The Flowering of Gus Pappas


A businessman readies a last century business for a new century world.

By Joe O’Donnell    Photo by Beau Gustafson

Same day delivery and fresher flowers are the backbone of Norton's successful business practices

The formula is deceptively simple. Fresher flowers. Same day delivery. That has become the mantra at Norton’s Florist, the old-line Birmingham florist founded in 1921 that has thrived under the ownership of Gus Pappas.

Pappas was the chief financial officer of the company that owned Lorch Diamond Centers when he got into a friendly chat with his neighbor across the lawn. That neighbor, Phillip Norton, was the owner of his family’s floral company, one of the city’s oldest, most respected retail establishments. Norton told Pappas that he was ready to sell the business, and whether he was certain of it at the time or not, Pappas was ready to buy.

That was almost a decade ago, and the intervening years have seen Pappas manage the business for a new era and thrive by delivering what is high on the list of everyone’s favorite gift, flowers.

“We deal with a product that makes people happy,” Pappas says. “It is fun to see the looks on the faces, the wow people get from looking at flowers. There was a study done at Texas A&M where they measured the reaction of receiving certain gifts — clothing, jewelry, things like that. The reaction they got when they tested flowers blew everything else off the charts.”

An older line in the retailing industry, floral has been transformed, like almost every other type of business, by the Internet. The rise of 1-800-Flowers and similar teleflora services have been a blessing and curse to the small retailers who populate the industry.

“One thing that is changing our business are order gatherers like 1-800-Flowers, which gather orders from web sites and send them to florists to fulfill,” Pappas says. “They spend millions of dollars marketing their services. This has changed our business because that order that you placed with them replaces an order that we would have gotten previously from you directly. But at the same time, we are in a good position to fill and deliver that order that comes to us from a third-party Internet marketer because we have the selection and the delivery trucks to get them to the customers. We fill those orders anyway, but the customer never knows.”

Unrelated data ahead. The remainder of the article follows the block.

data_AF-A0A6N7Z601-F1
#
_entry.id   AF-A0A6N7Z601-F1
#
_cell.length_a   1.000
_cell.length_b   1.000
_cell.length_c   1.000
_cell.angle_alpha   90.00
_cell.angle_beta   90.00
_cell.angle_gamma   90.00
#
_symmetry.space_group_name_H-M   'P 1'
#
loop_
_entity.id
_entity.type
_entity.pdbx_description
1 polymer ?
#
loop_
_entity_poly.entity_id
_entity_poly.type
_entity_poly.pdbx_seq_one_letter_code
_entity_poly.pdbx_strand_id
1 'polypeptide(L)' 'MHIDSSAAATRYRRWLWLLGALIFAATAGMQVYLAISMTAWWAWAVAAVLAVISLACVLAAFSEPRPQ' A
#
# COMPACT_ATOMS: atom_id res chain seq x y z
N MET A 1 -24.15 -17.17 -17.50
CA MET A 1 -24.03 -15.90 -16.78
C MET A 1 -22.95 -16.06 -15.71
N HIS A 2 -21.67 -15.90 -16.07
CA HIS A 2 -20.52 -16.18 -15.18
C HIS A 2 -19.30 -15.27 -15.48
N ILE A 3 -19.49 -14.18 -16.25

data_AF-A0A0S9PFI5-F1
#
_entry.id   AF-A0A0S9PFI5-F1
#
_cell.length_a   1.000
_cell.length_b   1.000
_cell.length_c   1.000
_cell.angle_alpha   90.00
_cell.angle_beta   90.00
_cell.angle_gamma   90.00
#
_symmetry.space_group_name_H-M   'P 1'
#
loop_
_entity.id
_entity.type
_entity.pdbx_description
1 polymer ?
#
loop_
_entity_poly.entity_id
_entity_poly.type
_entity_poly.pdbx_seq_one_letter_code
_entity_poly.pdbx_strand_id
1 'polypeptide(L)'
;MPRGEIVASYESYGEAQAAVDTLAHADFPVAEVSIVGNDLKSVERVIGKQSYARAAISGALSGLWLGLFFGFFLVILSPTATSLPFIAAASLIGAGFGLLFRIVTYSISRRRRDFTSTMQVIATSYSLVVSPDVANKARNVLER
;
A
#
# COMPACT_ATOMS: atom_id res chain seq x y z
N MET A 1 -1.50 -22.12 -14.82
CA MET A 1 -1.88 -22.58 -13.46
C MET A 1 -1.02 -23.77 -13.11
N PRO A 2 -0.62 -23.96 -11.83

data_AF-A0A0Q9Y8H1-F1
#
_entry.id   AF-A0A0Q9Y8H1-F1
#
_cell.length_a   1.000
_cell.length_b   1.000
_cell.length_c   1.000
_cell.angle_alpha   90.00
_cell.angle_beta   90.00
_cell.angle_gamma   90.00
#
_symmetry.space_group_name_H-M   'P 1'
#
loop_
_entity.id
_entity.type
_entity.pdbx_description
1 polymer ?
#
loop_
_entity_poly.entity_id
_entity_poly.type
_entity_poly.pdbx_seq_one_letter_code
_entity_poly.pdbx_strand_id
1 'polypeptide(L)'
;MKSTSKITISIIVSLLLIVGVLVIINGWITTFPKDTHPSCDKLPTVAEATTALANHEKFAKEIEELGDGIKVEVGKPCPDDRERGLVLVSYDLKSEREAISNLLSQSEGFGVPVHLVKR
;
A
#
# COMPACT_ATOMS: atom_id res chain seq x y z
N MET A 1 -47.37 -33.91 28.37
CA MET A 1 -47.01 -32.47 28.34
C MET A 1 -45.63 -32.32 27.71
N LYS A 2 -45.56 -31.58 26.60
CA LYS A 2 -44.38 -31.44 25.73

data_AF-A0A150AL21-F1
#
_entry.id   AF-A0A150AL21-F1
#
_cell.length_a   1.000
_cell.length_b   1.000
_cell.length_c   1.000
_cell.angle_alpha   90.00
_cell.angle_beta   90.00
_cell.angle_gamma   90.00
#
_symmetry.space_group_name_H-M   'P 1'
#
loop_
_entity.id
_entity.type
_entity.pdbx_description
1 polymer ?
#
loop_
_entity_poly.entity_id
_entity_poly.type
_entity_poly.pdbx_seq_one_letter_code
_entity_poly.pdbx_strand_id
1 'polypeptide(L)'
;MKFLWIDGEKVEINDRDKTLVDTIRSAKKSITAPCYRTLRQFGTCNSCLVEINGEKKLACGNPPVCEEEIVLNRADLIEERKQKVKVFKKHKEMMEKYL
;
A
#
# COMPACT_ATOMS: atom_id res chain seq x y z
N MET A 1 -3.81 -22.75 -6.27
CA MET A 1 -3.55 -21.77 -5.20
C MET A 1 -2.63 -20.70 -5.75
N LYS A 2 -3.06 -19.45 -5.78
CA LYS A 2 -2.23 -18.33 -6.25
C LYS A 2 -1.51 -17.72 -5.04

The industry is very segmented, Pappas says. More than two-thirds of all florists have five or fewer employees. At one time, Norton’s was the 75th largest flower shop in the country. Today the company has approximately 25 employees. “It is unusual to find an operation this big,” Pappas says.

Over the decade he has owned the business, Pappas says, the operation has enjoyed good growth and top-of-mind awareness. They purchased gift basket companies, and that has helped put them on the map for that segment of the business, he says.

The floral has become increasingly global, with Norton’s product coming from all over the world, places such as South Africa, Ecuador, Chile, Israel and New Zealand, in addition to the flower-growing regions of the United States.

“The cold chain — moving product in refrigerated trucks and airplanes — keeps flowers cold throughout the distribution process,” Pappas says. “They are kept at  34 to 36 degrees from the time they leave the farm until we get them ready here at the store. We have the advantage of doing enough volume to be able to get the very freshest flowers. Same day delivery and fresher flowers are our two bullets.”

The company’s future growth is likely to come online, Pappas says. “Our growth is in our own Internet business. We work real hard on that, and that area just keeps growing. People just go to the Internet now instead of calling. Our statistics tell us that for every order we get on the Internet, two people will call while looking at the screen. Up to half of new customers come from the web. We have a floral app now we are going to implement. As we think about the future, we know people are still going to wait until the last minute. The fact that we have so many trucks and people who can deliver that same day is a big advantage. One of our challenges it to make sure we can offer the service and same products as any other .com.”

Along with procrastination, the other thing that has not changed in the world of flowers is the importance of holidays. “Valentine’s Day is the biggest day of the year,” Pappas says. “We will do 1,200 deliveries. Mother’s Day is about the same. You do the same volume but spread it over a longer period of time.” So while continued globalization and online growth are on the horizon, the beauty and attraction of flowers is one thing that seems constant.

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